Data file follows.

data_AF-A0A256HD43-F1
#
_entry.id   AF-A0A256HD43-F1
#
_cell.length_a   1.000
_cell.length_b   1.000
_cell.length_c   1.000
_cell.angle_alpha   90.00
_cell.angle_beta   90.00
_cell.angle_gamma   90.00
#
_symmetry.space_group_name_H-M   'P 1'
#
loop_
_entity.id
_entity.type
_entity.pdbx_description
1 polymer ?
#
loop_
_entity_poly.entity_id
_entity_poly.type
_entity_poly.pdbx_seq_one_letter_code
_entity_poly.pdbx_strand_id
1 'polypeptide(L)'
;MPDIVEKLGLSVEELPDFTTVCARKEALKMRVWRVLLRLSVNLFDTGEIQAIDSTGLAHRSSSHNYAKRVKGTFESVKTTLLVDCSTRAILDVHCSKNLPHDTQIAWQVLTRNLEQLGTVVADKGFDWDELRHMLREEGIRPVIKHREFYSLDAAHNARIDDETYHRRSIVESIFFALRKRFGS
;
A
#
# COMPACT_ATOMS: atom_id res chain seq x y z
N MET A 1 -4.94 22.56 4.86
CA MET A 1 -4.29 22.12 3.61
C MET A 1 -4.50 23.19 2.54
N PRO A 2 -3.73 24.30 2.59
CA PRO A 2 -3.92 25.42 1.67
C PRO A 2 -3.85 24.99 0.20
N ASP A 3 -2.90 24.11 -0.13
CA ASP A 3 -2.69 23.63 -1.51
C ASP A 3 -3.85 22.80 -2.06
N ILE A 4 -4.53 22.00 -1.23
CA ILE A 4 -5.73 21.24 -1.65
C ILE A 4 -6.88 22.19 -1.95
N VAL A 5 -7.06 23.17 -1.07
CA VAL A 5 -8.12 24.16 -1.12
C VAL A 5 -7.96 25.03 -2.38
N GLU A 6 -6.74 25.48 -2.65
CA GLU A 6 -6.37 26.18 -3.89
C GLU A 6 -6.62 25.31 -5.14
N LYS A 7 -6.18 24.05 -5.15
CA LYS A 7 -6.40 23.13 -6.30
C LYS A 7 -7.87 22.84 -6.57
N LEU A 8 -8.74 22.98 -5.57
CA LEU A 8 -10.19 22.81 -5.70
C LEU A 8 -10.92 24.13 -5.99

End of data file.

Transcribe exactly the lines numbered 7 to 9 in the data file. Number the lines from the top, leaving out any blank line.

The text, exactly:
_cell.length_c   1.000
_cell.angle_alpha   90.00
_cell.angle_beta   90.00